Immediately after the museum turn right into Park Road, then immediately left into Hastoe Lane (signposted ‘Cholesbury’ and ‘Hastoe’), following it until just after the A41 bridge (3), where there is a wooden gate and concrete track leading steeply uphill, signposted ‘Stubbing’s Wood’. As you pass the field boundary gateway, a path goes left steeply uphill (4). Follow this towards the woods at the top of the hill (Stubbing’s Wood). Looking back there are excellent views over Tring all the way to the top of the hill. As the path crests the hill, it moves closer to the woods with a seat on the right and new wooden fencing to the left. After moving closer to the edge of the woods, you’ll see a path into the woods (5), follow this path and keep left uphill at the edge of the wood. Ignore a path going left and carry on slightly uphill into a bit of a clearing, ignoring a path crossing left to right going steeply downhill. The path then moves into denser trees. Again, ignore a path to the left, and take care round a hollow on the right where the path is narrower. After a short while the path descends out of the woods down steps. Go straight over the stony bridle path, signed ‘Pavis Woods’ & ‘Shire Lane’ (6). Go along the narrow footpath with a tall house (Hastoe Grove) boundary fence on your left, downhill to another path crossing left to right downhill. Cross straight over and through a metal gate into a small wood, signed ‘Public Footpath over private land’, on to a left path which goes uphill, then passes through a small wood, before emerging into a field with a well-marked path with excellent views over Aylesbury Vale. Take the right-hand path, with the seat on your left, parallel with a field hedge, towards Pavis Woods and exit the field through a metal gate (7) down on to another bridle path. Turn left uphill towards the main entrance of Pavis Woods (8).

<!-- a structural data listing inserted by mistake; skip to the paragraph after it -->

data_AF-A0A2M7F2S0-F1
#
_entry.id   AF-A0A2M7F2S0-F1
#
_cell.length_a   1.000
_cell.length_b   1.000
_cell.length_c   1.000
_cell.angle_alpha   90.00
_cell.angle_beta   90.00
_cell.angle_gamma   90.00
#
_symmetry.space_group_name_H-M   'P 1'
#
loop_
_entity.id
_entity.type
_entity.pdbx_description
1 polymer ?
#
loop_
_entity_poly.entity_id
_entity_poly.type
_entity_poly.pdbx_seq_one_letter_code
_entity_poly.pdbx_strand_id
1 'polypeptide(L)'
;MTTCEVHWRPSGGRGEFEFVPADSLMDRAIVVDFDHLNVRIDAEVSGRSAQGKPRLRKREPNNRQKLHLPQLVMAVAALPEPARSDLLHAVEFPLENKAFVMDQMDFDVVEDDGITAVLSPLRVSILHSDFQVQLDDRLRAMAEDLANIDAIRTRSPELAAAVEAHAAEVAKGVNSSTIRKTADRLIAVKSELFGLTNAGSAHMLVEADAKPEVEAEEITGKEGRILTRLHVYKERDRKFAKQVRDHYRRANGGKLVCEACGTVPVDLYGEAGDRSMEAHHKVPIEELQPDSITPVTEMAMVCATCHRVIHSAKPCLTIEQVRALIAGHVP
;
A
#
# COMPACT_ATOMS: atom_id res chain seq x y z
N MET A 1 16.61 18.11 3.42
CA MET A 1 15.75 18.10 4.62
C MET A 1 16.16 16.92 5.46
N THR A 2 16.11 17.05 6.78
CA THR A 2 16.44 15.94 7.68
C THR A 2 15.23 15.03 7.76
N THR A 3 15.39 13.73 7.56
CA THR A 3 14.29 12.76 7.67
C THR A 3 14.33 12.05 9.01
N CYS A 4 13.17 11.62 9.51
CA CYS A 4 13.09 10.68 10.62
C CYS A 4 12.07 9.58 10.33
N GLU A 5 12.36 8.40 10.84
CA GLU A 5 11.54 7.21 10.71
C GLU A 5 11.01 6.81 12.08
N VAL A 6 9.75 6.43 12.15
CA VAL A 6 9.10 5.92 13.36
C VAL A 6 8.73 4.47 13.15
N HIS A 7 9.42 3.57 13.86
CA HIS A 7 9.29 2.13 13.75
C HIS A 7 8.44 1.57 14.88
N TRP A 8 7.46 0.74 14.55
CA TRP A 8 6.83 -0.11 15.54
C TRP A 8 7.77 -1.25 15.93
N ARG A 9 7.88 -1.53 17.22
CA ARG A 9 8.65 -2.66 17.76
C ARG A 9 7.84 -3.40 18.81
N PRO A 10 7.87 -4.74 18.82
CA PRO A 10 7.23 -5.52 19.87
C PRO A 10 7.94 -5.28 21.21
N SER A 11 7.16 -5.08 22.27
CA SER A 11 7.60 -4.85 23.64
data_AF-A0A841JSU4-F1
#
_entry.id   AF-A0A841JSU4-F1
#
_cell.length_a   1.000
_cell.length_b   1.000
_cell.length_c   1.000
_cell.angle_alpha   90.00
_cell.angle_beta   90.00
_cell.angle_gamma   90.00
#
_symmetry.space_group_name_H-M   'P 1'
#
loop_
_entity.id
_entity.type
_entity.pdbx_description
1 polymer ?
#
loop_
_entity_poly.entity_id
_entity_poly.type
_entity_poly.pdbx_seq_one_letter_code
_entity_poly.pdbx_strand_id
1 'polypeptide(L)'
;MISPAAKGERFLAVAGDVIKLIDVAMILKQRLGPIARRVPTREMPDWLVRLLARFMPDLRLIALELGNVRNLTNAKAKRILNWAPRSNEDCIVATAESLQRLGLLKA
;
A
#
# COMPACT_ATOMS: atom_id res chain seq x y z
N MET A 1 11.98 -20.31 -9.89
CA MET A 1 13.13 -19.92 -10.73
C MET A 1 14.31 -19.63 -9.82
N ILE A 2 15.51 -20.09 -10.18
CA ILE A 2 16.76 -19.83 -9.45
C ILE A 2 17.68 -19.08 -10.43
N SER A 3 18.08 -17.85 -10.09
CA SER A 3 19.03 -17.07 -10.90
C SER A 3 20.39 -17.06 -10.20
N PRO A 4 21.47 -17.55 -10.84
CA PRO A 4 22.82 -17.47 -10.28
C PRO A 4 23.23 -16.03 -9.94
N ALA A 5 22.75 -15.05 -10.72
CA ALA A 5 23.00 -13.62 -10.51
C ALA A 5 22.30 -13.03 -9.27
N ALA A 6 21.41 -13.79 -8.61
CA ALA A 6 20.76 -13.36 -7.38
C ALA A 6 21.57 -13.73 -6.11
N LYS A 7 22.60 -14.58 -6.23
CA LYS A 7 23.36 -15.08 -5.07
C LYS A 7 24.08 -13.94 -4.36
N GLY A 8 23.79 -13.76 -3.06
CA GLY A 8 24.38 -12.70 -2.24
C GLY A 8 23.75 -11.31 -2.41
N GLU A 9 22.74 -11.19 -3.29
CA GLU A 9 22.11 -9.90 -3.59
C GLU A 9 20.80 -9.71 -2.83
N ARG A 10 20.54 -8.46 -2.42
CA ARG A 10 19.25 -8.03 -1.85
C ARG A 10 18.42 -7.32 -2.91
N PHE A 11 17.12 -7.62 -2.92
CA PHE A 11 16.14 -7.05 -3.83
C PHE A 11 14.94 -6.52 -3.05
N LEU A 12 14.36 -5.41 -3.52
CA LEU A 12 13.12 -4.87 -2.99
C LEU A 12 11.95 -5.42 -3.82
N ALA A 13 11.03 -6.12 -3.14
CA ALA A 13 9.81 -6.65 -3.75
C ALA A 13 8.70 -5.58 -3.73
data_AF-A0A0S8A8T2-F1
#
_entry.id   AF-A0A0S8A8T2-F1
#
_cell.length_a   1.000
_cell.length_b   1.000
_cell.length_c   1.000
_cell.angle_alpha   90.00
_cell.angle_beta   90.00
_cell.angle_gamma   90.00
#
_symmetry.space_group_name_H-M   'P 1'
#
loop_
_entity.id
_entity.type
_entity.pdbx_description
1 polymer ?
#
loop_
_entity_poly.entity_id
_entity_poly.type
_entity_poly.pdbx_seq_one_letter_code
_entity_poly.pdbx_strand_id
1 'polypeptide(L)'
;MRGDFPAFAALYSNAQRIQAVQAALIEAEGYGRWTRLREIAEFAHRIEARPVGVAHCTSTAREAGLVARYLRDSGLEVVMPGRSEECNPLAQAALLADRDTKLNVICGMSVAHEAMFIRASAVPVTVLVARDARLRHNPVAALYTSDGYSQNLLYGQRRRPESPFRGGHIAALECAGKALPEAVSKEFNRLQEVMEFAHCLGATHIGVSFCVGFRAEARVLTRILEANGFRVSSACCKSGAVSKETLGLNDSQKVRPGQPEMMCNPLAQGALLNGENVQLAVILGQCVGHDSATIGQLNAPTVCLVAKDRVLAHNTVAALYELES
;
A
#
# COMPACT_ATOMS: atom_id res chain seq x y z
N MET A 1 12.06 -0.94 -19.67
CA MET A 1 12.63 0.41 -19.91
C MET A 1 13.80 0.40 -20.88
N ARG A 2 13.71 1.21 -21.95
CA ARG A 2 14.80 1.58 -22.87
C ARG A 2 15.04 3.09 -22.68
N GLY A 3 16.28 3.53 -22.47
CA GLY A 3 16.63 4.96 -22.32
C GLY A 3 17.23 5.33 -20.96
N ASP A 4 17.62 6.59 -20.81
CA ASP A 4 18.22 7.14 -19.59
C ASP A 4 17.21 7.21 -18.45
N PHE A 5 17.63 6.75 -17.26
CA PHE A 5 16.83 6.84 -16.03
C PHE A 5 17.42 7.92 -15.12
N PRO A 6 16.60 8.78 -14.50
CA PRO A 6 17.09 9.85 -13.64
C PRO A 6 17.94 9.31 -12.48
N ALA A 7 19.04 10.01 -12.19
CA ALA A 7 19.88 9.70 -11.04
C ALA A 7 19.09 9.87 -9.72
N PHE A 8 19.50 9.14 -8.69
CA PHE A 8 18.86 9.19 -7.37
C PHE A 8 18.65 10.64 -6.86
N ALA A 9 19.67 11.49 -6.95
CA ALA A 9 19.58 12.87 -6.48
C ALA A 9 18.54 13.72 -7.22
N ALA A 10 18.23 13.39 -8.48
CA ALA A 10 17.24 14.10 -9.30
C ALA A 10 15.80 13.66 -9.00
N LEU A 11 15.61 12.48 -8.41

Pavis Woods Start

Living Magazines Meg in BluebellsAt the entry to the nature reserve go through the metal gate, signed ‘Ridgeway and Riders’ Route’, following the wide, well-marked path through the trees close to the fields. After 300m or so into the wood, during the bluebell season, there is always an extensive carpet of bluebells to the left (9) where you can see signs of another path through the trees and bluebells. However, carry on and after another 200m or so you reach a cross-road of paths (10). Take the left path, signed ‘Footpath’, leaving the Ridgeway. This path shortly leaves the wood and heads into an open field, which may have crops growing, but the footpath is usually well-defined and heads straight towards a hedge (11) and woods in the distance. The hedge has a stile with a gap alongside; go through, crossing Grim’s Ditch farm track, carefully watching for farm vehicles.